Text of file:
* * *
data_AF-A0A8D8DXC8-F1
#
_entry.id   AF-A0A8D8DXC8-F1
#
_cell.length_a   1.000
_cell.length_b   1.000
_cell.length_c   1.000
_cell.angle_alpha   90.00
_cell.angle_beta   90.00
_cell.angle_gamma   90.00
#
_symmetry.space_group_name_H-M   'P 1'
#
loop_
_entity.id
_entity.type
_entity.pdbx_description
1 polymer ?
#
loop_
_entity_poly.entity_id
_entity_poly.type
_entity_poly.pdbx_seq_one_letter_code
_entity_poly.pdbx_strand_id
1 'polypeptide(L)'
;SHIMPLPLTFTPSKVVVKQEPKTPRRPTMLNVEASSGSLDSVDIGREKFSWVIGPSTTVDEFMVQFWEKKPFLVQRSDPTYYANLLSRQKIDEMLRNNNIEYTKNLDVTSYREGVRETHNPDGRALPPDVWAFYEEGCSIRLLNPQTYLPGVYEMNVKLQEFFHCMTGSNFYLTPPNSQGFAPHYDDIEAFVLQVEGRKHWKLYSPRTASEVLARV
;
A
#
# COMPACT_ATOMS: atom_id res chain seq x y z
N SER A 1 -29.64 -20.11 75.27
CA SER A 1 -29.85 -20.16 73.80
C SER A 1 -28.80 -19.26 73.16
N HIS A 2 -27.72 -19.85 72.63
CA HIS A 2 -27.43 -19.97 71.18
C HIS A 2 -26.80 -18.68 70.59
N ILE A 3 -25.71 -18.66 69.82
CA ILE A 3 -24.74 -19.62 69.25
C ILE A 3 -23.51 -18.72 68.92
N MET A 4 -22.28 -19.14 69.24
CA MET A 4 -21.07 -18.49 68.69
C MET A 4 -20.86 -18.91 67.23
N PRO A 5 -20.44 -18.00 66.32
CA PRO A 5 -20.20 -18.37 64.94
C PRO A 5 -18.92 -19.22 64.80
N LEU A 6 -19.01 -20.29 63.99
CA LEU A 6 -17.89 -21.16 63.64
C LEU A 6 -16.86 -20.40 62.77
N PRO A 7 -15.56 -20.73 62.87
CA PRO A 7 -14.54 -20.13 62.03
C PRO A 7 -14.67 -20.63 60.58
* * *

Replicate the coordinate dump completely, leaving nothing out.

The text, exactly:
data_AF-A0A8D8DXC8-F1
#
_entry.id   AF-A0A8D8DXC8-F1
#
_cell.length_a   1.000
_cell.length_b   1.000
_cell.length_c   1.000
_cell.angle_alpha   90.00
_cell.angle_beta   90.00
_cell.angle_gamma   90.00
#
_symmetry.space_group_name_H-M   'P 1'
#
loop_
_entity.id
_entity.type
_entity.pdbx_description
1 polymer ?
#
loop_
_entity_poly.entity_id
_entity_poly.type
_entity_poly.pdbx_seq_one_letter_code
_entity_poly.pdbx_strand_id
1 'polypeptide(L)'
;SHIMPLPLTFTPSKVVVKQEPKTPRRPTMLNVEASSGSLDSVDIGREKFSWVIGPSTTVDEFMVQFWEKKPFLVQRSDPTYYANLLSRQKIDEMLRNNNIEYTKNLDVTSYREGVRETHNPDGRALPPDVWAFYEEGCSIRLLNPQTYLPGVYEMNVKLQEFFHCMTGSNFYLTPPNSQGFAPHYDDIEAFVLQVEGRKHWKLYSPRTASEVLARV
;
A
#
# COMPACT_ATOMS: atom_id res chain seq x y z
N SER A 1 -29.64 -20.11 75.27
CA SER A 1 -29.85 -20.16 73.80
C SER A 1 -28.80 -19.26 73.16
N HIS A 2 -27.72 -19.85 72.63
CA HIS A 2 -27.43 -19.97 71.18
C HIS A 2 -26.80 -18.68 70.59
N ILE A 3 -25.71 -18.66 69.82
CA ILE A 3 -24.74 -19.62 69.25
C ILE A 3 -23.51 -18.72 68.92
N MET A 4 -22.28 -19.14 69.24
CA MET A 4 -21.07 -18.49 68.69
C MET A 4 -20.86 -18.91 67.23
N PRO A 5 -20.44 -18.00 66.32
CA PRO A 5 -20.20 -18.37 64.94
C PRO A 5 -18.92 -19.22 64.80
N LEU A 6 -19.01 -20.29 63.99
CA LEU A 6 -17.89 -21.16 63.64
C LEU A 6 -16.86 -20.40 62.77
N PRO A 7 -15.56 -20.73 62.87
CA PRO A 7 -14.54 -20.13 62.03
C PRO A 7 -14.67 -20.63 60.58